Ryder Trauma Center celebrates 25th anniversary

MIAMI (WSVN) - Jackson Memorial Hospital’s Ryder Trauma Center celebrated its 25th anniversary on Thursday. From hurricanes to earthquakes, employees have dedicated more than two decades to helping South Florida residents heal.

Saving lives for 25 years, this day marks the silver anniversary of Ryder Trauma Center in Miami.

Hospital officials, Miami-Dade Mayor Carlos Gimenez, Miami Mayor Tomas Regalado and former patient Carlos Rosario, a Florida Highway Patrol trooper, attended a news conference in honor of Ryder Trauma Center’s anniversary, Thursday morning.

Rosario was transported at Ryder Trauma Center after he was struck by a car while on the job.

“They’ve just been amazing, and the way they helped me and my wife and my boys, and it’s such a trauma, so hard – they felt comfortable here, they never felt alone,” Rosario said.

Regalado also told his own story of when Ryder Trauma Center saved the life of his daughter. “As a father, in 1994, my daughter was hit by a drunk driver, and she was airlifted here,” Regalado said. “She had spent weeks, [and] as this trooper, she was fixed, so as a father, I thank Ryder Trauma Center.”

Ryder opened in 1992, shortly before Hurricane Andrew hit South Florida. Since then, the trauma center has been more than a place to heal the injured. “Ryder is an extraordinary source of education research,” said a doctor.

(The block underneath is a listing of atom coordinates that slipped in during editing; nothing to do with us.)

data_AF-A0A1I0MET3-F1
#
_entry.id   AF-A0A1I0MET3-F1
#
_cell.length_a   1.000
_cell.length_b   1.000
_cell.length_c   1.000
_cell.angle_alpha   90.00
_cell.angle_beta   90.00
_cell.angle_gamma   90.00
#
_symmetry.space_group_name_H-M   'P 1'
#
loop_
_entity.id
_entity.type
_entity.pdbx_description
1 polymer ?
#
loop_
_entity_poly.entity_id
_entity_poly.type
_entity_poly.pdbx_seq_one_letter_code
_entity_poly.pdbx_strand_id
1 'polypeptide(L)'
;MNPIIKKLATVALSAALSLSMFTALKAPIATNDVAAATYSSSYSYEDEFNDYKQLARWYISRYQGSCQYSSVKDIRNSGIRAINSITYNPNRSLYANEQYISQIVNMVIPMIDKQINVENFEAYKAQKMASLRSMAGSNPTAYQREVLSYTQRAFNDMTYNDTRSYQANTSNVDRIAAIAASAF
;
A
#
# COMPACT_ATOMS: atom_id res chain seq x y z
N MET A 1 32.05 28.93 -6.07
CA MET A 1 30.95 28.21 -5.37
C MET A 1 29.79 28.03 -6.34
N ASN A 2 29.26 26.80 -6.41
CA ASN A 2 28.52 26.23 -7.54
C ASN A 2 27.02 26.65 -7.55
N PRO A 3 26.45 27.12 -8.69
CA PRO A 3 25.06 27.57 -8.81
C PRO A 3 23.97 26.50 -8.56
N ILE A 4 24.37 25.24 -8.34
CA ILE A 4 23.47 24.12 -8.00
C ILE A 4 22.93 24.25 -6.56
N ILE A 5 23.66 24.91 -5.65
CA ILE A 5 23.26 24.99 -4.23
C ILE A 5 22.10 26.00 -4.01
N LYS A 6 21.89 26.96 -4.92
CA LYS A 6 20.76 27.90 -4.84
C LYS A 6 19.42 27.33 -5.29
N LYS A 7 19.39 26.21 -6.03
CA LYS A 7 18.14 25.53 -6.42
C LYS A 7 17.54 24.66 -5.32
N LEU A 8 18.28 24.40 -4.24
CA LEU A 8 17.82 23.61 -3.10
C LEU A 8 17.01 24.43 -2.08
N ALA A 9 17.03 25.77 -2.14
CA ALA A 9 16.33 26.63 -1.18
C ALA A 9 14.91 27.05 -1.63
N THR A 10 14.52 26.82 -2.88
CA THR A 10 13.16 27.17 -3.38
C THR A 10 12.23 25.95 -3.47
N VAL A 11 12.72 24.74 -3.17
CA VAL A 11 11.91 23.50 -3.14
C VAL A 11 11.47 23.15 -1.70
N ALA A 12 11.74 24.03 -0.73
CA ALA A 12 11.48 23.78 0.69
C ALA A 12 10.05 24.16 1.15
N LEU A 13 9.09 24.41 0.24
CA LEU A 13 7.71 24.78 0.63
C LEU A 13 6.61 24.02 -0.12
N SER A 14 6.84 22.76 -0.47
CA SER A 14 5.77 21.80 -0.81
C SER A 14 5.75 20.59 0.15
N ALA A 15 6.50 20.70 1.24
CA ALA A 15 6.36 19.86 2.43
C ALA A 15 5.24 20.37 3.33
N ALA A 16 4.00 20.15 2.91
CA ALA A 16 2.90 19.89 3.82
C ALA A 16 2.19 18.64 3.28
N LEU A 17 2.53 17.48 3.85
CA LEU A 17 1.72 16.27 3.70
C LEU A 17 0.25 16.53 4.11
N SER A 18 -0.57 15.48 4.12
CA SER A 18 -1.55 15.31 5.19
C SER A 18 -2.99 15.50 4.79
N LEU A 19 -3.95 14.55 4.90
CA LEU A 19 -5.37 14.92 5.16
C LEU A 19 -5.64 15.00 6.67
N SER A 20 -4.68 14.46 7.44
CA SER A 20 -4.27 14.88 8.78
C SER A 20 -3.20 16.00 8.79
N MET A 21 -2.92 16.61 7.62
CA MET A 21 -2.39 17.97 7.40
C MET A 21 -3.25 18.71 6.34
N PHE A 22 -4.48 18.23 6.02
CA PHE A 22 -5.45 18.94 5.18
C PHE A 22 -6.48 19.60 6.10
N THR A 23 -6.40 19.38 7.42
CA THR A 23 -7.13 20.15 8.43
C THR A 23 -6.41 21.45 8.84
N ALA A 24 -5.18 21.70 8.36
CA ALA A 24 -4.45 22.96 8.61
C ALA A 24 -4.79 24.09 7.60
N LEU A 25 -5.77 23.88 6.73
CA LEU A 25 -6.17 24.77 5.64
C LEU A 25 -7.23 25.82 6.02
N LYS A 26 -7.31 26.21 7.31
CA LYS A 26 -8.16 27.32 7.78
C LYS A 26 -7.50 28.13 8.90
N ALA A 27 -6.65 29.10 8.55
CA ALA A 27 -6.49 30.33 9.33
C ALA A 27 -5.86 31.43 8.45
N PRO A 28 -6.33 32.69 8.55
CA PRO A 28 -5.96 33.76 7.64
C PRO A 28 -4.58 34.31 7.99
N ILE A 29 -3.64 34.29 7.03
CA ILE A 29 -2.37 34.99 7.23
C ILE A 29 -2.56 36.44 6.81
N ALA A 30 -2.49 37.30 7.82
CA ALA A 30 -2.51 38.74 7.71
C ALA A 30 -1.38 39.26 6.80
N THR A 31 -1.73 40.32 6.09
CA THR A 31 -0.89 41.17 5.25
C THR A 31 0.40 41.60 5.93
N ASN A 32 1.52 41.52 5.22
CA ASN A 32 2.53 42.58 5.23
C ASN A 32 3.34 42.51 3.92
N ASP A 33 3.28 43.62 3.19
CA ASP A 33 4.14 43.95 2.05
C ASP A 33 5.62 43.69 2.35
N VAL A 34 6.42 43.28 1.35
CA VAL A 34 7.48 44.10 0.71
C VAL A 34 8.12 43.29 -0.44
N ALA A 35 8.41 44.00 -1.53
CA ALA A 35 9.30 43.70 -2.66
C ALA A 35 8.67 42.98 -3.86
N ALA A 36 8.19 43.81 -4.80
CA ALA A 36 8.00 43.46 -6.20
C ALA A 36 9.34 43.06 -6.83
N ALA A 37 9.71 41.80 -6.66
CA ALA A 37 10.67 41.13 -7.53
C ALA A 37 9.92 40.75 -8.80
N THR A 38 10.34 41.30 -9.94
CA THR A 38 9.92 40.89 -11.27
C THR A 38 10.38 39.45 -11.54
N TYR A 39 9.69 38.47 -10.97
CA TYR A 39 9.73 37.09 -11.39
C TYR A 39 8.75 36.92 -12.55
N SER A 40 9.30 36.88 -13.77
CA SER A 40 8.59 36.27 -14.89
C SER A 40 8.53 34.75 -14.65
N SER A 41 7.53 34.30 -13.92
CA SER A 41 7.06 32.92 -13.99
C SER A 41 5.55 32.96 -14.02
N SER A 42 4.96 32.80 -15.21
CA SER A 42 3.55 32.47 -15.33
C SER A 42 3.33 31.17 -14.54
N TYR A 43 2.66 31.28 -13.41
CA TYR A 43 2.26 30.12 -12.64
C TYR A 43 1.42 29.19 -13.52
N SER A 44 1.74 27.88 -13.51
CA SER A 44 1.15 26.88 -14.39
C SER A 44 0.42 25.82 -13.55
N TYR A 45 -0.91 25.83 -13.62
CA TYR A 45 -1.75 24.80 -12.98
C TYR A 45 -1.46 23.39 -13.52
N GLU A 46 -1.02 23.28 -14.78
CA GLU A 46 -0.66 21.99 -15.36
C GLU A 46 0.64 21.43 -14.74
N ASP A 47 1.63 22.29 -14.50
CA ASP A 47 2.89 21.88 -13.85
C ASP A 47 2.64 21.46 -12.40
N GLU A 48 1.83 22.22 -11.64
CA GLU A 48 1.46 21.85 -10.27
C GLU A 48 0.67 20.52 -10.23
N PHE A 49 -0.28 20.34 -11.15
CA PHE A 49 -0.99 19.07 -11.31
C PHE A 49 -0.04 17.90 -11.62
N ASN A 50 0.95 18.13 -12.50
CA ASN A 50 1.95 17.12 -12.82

They’re also designated as the South Florida hospital to treat the president of the United States, if need be, and the only national training center for the U.S. Army.

“More police officers have survived attacks in the line of duty, more firefighters have survived dangerous explosions, more moms and dads have come to their children because of the work that’s done at Ryder Trauma,” said Jackson Health Systems president, Carlos Migoya.

Former patient Maty Hallcroft was crossing the street in Coral Gables when she was hit by a car in February. Doctors at the hospital rushed to perform brain surgery on her.

“If I had not been brought here, I might have died,” Hallcroft said.

In fact, Ryder serves as a training facility for military healthcare personnel. Here, they learn to work as a team – providing care to those injured on the battlefield. “The primary goal is for the team to come together in a clinical setting,” said Dr. George Garcia.

These students even handle surprise trauma simulations, mocking the potential situations they’ll face after deployment.

In one situation, they aided a woman they thought had just flown through a windshield. They came to her rescue – as a team – before realizing it was all a show.

“It was a big surprise, and I was sold all the way until the end when they stopped the exercise,” said specialist Brandyn Petty.

The actress, Megan Rodriguez who is a paramedic student herself, was proud of what they accomplished. “They did amazing. They did great,” Rodriguez said.

However, the trauma center’s success doesn’t stop here.

After the 2010 Haiti earthquake, Ryder created Project Medishare which opened critical care and rehab centers in Port-au-Prince. Over 130,000 patients were treated and saved in the process.

From resuscitation to rehab, Ryder Trauma Center continues to be a world-renowned facility.

Ryder Trauma Center was built, in part, from contributions of private donations. Contributions of all amounts are always welcome.

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